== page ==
(2) Listed everything they hoped a legislator would support (at least a dozen). This marginalized protecting human life by making it just one of many important issues. The candidate who supported abortion could say (and routinely did), that they supported 90-95 percent of the bishops legislative agenda.
(3) The current voter guide explicitly permits Catholics to vote for candidates who support intrinsic moral evils. It says, “A Catholic cannot vote for a candidate who takes a position in favor of an intrinsic evil” like abortion, “if the voter’s intent is to support that position.” But what if a voter supports a pro-abortion candidate for some other reason? “There may be times when a Catholic who rejects a candidate’s unacceptable position may decide to vote for that candidate for other morally grave reasons.” The moral reasons must be “truly grave,” yet as I have argued, there are no grave moral reasons that trump protecting the unborn. Also would it really be far fetched to imagine that a Catholic voter, following the guide’s exception, might support a pro-abortion candidate because, for example, his position on “climate change” echoes that of the bishops who have said that saving the planet by reducing carbon emissions was a moral obligation?
In addition to this voters’ guide, the national Social Development and World Peace staff, as well as their diocesan counterparts, informed Catholics that there was justification to vote for pro-abortion candidates. This education campaign included workshops to persuade the laity that it was better to use their vote to achieve a good (helping the poor) rather than to oppose an evil (abortion).
A final step that helped pro-abortion Catholic candidates was the bishops giving them, or permitting them to receive, Communion. Many laity concluded that these legislators’ votes for abortion were morally acceptable, and that Catholics could vote for them in good conscience. Regular reception of Communion in the Catholic Church conveys that the person is a practicing Catholic, in the state of grace, in good standing, in communion with the Church.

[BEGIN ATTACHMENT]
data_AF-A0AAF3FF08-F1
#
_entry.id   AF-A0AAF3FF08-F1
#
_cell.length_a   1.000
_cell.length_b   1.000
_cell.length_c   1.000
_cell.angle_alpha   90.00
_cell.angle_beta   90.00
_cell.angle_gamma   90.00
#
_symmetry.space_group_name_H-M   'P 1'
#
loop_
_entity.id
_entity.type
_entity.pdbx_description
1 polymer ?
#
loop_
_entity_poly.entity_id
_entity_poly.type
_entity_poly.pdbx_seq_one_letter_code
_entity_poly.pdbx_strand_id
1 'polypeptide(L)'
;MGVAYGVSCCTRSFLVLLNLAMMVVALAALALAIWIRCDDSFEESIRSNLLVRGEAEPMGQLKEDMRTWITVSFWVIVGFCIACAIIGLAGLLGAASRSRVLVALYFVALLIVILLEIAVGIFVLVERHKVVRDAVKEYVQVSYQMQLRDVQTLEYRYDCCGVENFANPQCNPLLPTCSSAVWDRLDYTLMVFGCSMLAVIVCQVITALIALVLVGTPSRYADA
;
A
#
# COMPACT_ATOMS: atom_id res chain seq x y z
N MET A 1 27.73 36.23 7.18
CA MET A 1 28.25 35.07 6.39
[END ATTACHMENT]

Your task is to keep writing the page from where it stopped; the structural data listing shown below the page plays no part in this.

All of these actions decreased the number of churchgoing Catholics voting pro-life, and this prevented (and still prevents) achieving sufficient votes to legally protect the unborn.
From a political science perspective the division of the Catholic vote (those voting for pro-life candidates and those voting for pro-abortion candidates) has severely limited if not completely neutralized the effect of the Catholic vote for good. If a significant majority of Catholics were united in only supporting Common Good candidates, as the Jewish community is largely united in only supporting candidates who support the State of Israel, then Catholics would legislatively achieve protection for the unborn and many other goals. When a group can decide the outcome of elections on one issue, then it will command serious consideration of whatever it pursues. The divided Catholic vote has prevented this.
The bishops have continued on their failed course for forty years, with fateful, disastrous results. If the bishops would change course, the legal killing, now at 56 million, could be stopped. The bishops need to teach that: (a) Legislators have the compelling moral responsibility to pursue the Common Good, protecting the human life and respecting the human dignity of every person created by God, born and unborn. And those who do not, are morally unfit for office; (b) “Catholic” legislators who support abortion are not in communion with the Church and they will not be given Communion until they are; and (c) Catholic citizens cannot in good conscience elect legislators who support the killing of the unborn (for there are no proportionate reasons to justify it).
(Photo credit: REUTERS/Jim Bourg)